Chitosan-based control films (without EDTA) did not show inhibitory zone in bacterial strains tested. Despite antimicrobial activity of chitosan because of its innate characteristic, this effect of chitosan occurred without migration of active agents. Chitosan does not diffuse through the adjacent agar media; so that only organisms in direct contact with the active sites of chitosan are inhibited.

CONCLUSION

Antimicrobial property of chitosan-based films enriched with essential oils was shown in this study. Because of the effect of direct addition of essential oils to food on sensory characteristics of added food, incorporation of essential oils to edible films may have supplementary applications in food packaging. This study indicates that the addition of thyme and clove essential oils and EDTA has the potential of application in antimicrobial packaging, both in gram-negative and gram-positive bacteria contaminating foods.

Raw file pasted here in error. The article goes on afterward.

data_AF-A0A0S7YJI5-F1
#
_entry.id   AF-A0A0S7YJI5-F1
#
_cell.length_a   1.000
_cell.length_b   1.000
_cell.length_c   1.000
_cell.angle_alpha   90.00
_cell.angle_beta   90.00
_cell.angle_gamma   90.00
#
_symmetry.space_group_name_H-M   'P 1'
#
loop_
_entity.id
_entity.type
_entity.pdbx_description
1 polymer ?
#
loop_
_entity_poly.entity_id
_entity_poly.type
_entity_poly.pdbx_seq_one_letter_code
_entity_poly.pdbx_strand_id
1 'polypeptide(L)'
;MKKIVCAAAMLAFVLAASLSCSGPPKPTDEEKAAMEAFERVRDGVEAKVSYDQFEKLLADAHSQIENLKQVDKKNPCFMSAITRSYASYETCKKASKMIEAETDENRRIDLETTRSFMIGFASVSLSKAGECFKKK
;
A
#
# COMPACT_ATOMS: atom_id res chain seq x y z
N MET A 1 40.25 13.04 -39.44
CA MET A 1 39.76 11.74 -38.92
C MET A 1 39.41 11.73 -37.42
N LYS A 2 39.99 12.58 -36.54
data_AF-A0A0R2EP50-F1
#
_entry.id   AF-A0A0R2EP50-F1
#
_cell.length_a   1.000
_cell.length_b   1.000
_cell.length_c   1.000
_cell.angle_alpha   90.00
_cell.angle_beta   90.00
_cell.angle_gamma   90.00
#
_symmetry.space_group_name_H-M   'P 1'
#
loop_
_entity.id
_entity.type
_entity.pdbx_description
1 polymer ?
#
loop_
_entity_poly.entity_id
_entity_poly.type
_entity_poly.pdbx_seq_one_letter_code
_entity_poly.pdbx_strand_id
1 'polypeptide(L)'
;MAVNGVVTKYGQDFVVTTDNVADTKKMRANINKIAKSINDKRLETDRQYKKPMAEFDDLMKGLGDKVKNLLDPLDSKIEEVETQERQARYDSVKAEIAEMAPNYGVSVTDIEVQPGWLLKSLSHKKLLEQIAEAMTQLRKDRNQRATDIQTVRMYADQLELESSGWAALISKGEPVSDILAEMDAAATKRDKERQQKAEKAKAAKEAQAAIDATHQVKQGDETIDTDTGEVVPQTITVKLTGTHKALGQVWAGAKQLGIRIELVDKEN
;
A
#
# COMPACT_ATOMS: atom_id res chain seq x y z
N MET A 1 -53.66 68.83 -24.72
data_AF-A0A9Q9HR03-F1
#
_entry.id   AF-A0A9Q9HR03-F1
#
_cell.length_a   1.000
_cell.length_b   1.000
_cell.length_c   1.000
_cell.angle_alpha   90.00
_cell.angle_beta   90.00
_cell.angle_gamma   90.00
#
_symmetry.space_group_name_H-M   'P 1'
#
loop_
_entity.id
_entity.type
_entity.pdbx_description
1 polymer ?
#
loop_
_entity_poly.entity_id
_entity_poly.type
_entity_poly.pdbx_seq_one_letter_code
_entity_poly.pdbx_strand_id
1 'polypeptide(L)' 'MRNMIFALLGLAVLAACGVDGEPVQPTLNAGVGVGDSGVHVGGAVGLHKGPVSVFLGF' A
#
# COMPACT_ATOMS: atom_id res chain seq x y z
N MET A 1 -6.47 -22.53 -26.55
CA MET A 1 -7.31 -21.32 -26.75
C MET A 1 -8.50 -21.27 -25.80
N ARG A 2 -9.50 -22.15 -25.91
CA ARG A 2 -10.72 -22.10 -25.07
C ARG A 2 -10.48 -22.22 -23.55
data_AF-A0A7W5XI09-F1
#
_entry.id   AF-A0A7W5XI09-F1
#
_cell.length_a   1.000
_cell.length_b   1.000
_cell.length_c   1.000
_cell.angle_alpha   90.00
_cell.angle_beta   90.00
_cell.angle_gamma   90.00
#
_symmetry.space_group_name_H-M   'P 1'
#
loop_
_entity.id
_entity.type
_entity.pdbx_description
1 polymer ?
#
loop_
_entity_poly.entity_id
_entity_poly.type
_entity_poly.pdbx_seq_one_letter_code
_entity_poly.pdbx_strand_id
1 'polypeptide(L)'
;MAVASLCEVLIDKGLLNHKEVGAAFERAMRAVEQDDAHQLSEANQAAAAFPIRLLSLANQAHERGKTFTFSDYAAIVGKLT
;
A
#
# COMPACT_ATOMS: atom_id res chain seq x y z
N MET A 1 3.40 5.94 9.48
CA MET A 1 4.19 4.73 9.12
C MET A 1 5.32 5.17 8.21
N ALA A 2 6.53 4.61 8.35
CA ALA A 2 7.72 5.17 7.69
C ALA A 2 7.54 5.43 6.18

ACKNOWLEDGMENTS

We gratefully acknowledge Department of Food Science and Engineering, University of Tehran for financial support of this research.